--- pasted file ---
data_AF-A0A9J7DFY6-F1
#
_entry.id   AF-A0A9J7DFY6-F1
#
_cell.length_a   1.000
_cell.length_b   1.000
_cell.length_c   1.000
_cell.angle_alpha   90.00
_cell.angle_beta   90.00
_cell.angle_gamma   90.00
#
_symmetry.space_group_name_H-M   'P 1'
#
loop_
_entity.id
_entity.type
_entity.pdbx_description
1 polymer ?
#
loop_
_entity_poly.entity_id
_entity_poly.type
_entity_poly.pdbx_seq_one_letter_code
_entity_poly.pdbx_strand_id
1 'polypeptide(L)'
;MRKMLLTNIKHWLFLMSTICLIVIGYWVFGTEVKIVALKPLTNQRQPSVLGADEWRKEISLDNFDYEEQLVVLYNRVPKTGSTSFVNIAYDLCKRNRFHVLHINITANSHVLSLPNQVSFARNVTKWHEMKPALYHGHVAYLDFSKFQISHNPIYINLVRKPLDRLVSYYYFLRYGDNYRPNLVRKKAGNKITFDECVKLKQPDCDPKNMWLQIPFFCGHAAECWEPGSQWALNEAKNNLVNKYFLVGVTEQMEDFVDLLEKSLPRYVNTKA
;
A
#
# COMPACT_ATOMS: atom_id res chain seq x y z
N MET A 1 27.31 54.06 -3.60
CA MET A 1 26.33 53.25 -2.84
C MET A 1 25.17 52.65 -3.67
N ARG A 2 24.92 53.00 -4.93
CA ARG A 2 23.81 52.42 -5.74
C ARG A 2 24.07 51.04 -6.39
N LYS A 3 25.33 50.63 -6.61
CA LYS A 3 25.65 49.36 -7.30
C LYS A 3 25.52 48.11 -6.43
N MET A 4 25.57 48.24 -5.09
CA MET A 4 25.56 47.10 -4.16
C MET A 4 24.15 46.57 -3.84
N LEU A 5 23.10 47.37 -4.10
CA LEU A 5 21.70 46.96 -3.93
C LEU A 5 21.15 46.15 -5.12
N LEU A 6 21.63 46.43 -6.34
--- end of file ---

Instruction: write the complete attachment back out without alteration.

data_AF-A0A9J7DFY6-F1
#
_entry.id   AF-A0A9J7DFY6-F1
#
_cell.length_a   1.000
_cell.length_b   1.000
_cell.length_c   1.000
_cell.angle_alpha   90.00
_cell.angle_beta   90.00
_cell.angle_gamma   90.00
#
_symmetry.space_group_name_H-M   'P 1'
#
loop_
_entity.id
_entity.type
_entity.pdbx_description
1 polymer ?
#
loop_
_entity_poly.entity_id
_entity_poly.type
_entity_poly.pdbx_seq_one_letter_code
_entity_poly.pdbx_strand_id
1 'polypeptide(L)'
;MRKMLLTNIKHWLFLMSTICLIVIGYWVFGTEVKIVALKPLTNQRQPSVLGADEWRKEISLDNFDYEEQLVVLYNRVPKTGSTSFVNIAYDLCKRNRFHVLHINITANSHVLSLPNQVSFARNVTKWHEMKPALYHGHVAYLDFSKFQISHNPIYINLVRKPLDRLVSYYYFLRYGDNYRPNLVRKKAGNKITFDECVKLKQPDCDPKNMWLQIPFFCGHAAECWEPGSQWALNEAKNNLVNKYFLVGVTEQMEDFVDLLEKSLPRYVNTKA
;
A
#
# COMPACT_ATOMS: atom_id res chain seq x y z
N MET A 1 27.31 54.06 -3.60
CA MET A 1 26.33 53.25 -2.84
C MET A 1 25.17 52.65 -3.67
N ARG A 2 24.92 53.00 -4.93
CA ARG A 2 23.81 52.42 -5.74
C ARG A 2 24.07 51.04 -6.39
N LYS A 3 25.33 50.63 -6.61
CA LYS A 3 25.65 49.36 -7.30
C LYS A 3 25.52 48.11 -6.43
N MET A 4 25.57 48.24 -5.09
CA MET A 4 25.56 47.10 -4.16
C MET A 4 24.15 46.57 -3.84
N LEU A 5 23.10 47.37 -4.10
CA LEU A 5 21.70 46.96 -3.93
C LEU A 5 21.15 46.15 -5.12
N LEU A 6 21.63 46.43 -6.34